• Remote eye-testing – children and parents able and willing to perform remote tests – a promising avenue to achieve universal access to eye care


Experimental and animal models – IMC conference insights from Professor Christine Wildsoet, UC Berkley

What have we learnt new or that has up ended our ‘beliefs”?

  • Many cell types in the retina appear to be involved in eye growth regulation & myopia
     (including L-opsin containing photoreceptors, on-bipolar cells, A-type horizonal cells
  • Age of exposure to myopia-inducing stimuli matter, at least in guinea pig
    (early age of exposure results in higher myopia)
  • Zebrafish are a potentially powerful model for studying genetics
    (identifying candidate genes using mutant strains)
  • Naturally occurring myopia in guinea pigs may also provide new insights into key genes & regulatory pathways (albino example)
  • Scleral cross-linking seems a logical treatment to explore for myopia control BUT at what cost – GLAUCOMA?
  • Polarized OCT imaging allows scleral collagen organization to be studied in vivo!
  • Interpreting results from knock-out models – what else do we need to know about them?
    (Is there a place for higher end retinal function-structure studies – possibly in vitro?)
  • Are animal models a missed opportunity to study safety & toxicity in emerging therapies?
    (Missed opportunities for in vivo functional testing?)
  • Can names of genes identified in genetic studies be misleading?
    (Inflammation & hypoxia examples)
  • What is the link between choroidal thickness changes & rates of eye elongation?
    (How many possible mechanism? What is hidden in older studies?)
  •  Why are there not more pharmacological interventions “on the table”?
    (Could ARVO SIGs be a forum for brain-storming by all invested parties?)

Optical Interventions and combination therapies – IMC lessons learnt by Professor Padmaja Sankaridurg, Brien Holden Vision Institute, Sydney, Australia

  • Spectacle and contact lens interventions to slow progression in “myopic eyes” are gathering pace
  • Many industry led innovations- rationale behind non co-axial, halo reducing contact lenses from Johnson and Johnson, efficacy data for Stellest demonstrating slowing of myopia of nearly 1D over 3 years, 1 year clinical trial efficacy of Sight Glass DOT glasses, efficacy of novel peripheral defocus image inducing spectacles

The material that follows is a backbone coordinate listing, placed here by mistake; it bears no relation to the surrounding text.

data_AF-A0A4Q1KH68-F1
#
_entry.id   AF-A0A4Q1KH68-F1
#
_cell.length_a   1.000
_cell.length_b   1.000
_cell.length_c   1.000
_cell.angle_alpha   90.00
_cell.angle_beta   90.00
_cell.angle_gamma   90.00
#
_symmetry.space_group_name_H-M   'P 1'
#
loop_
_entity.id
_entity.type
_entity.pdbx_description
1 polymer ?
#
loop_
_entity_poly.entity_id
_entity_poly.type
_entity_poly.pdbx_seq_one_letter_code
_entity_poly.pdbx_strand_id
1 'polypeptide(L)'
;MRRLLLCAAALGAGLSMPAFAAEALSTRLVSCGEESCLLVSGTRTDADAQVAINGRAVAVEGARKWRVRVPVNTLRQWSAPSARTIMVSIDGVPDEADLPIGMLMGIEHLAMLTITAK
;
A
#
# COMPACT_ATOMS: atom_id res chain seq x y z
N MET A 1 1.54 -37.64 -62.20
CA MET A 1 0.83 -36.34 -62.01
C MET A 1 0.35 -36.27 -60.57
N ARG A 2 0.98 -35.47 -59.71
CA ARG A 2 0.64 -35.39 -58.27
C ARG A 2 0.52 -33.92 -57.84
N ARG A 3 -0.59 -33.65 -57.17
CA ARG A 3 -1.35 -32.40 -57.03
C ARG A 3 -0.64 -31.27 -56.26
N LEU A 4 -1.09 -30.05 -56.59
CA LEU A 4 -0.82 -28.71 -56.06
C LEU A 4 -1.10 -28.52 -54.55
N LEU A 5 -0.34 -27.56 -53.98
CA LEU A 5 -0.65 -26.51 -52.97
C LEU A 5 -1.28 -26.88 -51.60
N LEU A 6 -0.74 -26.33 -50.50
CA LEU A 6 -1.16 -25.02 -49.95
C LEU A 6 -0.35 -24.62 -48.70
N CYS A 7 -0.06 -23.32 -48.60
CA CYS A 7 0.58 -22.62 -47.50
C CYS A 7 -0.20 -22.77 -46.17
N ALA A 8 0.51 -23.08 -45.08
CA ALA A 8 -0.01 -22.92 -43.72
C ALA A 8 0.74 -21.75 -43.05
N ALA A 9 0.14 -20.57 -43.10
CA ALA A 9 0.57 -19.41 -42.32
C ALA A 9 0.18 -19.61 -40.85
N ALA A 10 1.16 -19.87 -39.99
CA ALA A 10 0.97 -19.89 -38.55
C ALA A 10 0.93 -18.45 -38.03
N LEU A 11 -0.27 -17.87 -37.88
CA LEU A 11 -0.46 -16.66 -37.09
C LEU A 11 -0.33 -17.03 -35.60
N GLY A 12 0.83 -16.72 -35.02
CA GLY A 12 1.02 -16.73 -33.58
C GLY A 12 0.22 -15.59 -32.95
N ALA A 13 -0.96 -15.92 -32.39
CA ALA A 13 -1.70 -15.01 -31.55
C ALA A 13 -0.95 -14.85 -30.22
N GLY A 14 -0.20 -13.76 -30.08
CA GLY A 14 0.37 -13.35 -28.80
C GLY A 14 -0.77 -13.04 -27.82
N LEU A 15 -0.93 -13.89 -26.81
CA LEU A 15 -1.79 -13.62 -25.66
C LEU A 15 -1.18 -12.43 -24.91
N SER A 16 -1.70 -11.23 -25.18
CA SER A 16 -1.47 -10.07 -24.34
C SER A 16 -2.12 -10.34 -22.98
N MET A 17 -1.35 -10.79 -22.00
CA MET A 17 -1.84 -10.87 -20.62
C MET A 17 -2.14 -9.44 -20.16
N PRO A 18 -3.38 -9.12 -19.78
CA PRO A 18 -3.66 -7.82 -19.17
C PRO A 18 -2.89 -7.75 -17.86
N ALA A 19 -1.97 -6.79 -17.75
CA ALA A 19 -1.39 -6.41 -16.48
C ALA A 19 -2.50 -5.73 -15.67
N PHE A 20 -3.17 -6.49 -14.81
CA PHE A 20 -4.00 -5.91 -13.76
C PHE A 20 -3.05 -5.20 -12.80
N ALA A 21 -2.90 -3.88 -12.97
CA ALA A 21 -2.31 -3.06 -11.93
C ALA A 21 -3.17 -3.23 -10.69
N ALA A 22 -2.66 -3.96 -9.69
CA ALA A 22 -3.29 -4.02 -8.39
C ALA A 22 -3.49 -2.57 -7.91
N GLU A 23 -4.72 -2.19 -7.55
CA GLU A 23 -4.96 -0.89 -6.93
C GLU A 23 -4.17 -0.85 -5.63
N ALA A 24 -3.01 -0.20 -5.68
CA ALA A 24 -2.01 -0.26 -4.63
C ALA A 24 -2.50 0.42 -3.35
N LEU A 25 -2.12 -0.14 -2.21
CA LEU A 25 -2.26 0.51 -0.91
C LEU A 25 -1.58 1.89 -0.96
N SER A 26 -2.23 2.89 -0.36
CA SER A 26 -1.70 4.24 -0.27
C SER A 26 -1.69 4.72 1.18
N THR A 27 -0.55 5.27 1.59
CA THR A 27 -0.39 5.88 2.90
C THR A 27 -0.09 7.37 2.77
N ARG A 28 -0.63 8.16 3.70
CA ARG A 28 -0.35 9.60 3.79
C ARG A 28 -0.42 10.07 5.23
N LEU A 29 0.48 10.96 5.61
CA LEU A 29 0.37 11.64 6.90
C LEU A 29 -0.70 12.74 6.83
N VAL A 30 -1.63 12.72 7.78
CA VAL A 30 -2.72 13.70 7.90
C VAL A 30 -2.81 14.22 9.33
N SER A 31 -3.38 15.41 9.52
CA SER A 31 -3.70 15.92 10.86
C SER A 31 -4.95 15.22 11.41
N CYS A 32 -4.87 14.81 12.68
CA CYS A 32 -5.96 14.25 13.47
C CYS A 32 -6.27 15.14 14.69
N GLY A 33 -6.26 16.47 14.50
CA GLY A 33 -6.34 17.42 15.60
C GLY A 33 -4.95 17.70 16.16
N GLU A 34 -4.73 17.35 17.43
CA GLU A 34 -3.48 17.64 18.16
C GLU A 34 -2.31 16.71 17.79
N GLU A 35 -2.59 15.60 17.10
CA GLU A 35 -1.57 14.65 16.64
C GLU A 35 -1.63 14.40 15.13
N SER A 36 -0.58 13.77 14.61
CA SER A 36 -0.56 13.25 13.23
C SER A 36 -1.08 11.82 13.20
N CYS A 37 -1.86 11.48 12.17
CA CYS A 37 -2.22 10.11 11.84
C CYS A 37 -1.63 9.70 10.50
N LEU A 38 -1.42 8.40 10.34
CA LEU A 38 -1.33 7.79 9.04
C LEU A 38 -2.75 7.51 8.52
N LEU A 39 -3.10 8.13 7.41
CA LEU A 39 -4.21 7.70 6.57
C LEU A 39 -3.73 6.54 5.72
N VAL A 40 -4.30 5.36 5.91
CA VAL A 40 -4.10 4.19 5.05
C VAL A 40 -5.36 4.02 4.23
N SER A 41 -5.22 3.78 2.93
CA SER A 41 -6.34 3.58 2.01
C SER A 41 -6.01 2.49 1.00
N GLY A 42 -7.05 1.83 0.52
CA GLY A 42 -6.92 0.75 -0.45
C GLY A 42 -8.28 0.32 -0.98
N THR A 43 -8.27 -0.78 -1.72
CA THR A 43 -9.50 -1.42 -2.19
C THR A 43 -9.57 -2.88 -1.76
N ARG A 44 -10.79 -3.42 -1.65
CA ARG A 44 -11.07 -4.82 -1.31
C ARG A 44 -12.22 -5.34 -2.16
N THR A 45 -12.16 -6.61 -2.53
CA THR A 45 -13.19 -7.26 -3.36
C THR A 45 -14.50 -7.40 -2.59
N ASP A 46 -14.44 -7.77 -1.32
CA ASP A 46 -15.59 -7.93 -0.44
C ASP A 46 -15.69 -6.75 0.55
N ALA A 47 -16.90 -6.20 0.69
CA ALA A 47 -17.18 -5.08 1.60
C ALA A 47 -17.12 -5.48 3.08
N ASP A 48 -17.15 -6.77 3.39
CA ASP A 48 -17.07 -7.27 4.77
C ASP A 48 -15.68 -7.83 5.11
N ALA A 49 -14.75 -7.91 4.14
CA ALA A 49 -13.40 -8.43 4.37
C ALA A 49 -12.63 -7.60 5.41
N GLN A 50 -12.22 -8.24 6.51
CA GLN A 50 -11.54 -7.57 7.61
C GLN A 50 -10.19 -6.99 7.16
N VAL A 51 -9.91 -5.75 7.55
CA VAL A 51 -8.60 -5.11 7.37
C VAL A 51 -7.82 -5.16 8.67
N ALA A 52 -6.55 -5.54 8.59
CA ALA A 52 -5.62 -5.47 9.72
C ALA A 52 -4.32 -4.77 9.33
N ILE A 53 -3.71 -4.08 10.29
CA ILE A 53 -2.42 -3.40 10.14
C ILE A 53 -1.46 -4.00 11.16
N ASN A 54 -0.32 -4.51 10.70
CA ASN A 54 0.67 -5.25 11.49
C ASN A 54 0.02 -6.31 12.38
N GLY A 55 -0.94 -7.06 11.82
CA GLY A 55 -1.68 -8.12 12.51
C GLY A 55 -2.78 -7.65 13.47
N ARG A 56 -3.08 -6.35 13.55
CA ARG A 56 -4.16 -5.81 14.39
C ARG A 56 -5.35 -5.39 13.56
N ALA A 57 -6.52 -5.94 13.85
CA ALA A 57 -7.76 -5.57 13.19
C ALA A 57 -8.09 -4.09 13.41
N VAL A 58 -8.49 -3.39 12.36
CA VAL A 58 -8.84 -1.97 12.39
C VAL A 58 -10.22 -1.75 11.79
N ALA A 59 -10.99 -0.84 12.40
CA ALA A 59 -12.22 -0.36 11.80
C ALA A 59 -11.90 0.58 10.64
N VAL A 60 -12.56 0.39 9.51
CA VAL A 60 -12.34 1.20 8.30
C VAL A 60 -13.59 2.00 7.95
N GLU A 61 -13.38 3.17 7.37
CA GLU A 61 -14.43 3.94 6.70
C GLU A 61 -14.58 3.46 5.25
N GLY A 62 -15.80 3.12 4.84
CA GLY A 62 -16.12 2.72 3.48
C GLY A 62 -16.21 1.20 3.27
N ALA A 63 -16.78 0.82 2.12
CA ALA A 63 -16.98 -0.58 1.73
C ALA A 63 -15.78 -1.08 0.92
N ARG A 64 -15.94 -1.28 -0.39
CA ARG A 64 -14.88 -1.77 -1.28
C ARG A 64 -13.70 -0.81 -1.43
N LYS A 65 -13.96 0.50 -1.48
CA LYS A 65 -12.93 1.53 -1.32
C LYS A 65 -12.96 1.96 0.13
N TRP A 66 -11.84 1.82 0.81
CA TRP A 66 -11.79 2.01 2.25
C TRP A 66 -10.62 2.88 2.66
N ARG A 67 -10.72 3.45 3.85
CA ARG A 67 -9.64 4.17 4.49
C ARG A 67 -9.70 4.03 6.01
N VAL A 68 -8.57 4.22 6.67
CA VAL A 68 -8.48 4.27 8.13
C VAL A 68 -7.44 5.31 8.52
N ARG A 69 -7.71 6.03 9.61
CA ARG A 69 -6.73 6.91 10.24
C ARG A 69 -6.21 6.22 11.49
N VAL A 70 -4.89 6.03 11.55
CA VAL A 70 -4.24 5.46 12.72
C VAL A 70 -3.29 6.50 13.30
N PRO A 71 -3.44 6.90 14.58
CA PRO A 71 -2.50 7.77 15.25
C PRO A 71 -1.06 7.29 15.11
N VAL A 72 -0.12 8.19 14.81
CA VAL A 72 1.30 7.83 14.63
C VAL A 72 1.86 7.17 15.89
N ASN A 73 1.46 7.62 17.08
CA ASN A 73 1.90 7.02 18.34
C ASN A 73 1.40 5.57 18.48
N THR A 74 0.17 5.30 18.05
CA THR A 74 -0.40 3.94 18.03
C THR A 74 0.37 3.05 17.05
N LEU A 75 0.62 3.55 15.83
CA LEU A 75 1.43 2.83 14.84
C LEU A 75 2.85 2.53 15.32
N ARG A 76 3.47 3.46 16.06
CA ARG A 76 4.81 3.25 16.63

• For most interventions, it is difficult to determine superiority due to the wide confidence intervals in treatment effect data and differences in control groups between trials. However, 0.01% Atropine and centre-distance +1.50 Add multifocal lenses show less effect than other treatments (Gifford P and Gifford K).
  • Orthokeratology – evidence smaller treatment zones have better myopia control efficacy.
  • Need to further focus efforts on:

Understanding and improving efficacy- treatment effect in fast vs slow progressors, responders, reversal of eye growth, peripheral refractive errors- uniform change in peripheral refractive error profile with DIMS test group.

– Use of appropriate control arm in clinical trials; use of age matched controls including virtual controls

– Still need agreement on appropriate metric to define efficacy- percentage reduction, absolute treatment effect, physiological growth:

  • Choroidal thickening? BLINK study did not find significant changes
  • Visual performance affected with novel treatments- peripheral vision, contrast sensitivity reduced but not significantly.
  • No data presented on combination therapies. Poster (Nilsen Nikolai et al) -1% Topical Atropine did not alter diurnal rhythm but affected the phase and amplitude of the rhythm of ocular components.

Genetics and complications – key messages from Professor Caroline Klaver

The in depth analysis of genetic findings will tech us more about the pathways involved in Myopia. Genetic analysis for Myopia in the clinic will not become a routine procedure. 

Myopic complications, visual impairment and blindness are the main drivers for our science. More matchmaking between science and clinics is needed. 

Imaging, biometry, near work and risk profiles – take home messages by Professor James Wolffsohn

Imaging and biometry

  • Need to consider Axial Length & Rx separately
  • Retinal thickness used to diagnose glaucoma in myopes
  • High myopia associated with reduced disc thickness except temporally
  • Potential of phase sensitive OCT
  • Myopic defocus in superior retina Þ higher myopia progression
  • Age of myopia and degree affect progression
  • Deep learning system identifies ‘at risk’ children
  • Ultrawide OCT + triple input polarized OCT can be myopia biomarkers
  • mfERG not associated with peripheral refraction
  • Development of quantitative ultrasound for evaluating scleral microstructure
  • Myopes faster On-pathway activity linked to severity (opposite to what was found previously)!


Myopia management strategies

  • Rise of myopia spectacle prescribing globally and turning point on single vision prescribing as now decreasing for progressing myopes
  • Barriers to myopia control implementation in China
  • How do we accurately describe relative treatment effect?
  • Future techniques needed to avoid control group ethical challenge
  • Anti-myopia treatments at Denmark Uni Hospital discussed


Risk profiles

  • Myopes have longer eyes which increase, but what about adults?
  • Lux on retina affected by axial length – mechanistic?
  • MyoMatch approach as good as modelling for progressing myopia
  • Eye growth continues beyond age 10, so when to stop treatment?
  • Late chronotype (night owl sleeping pattern) associated with myopia
  • Increased screen time associated with myopia, astigmatism + BMI
  • Monocular near accommodative facility reduced after 1hr PC time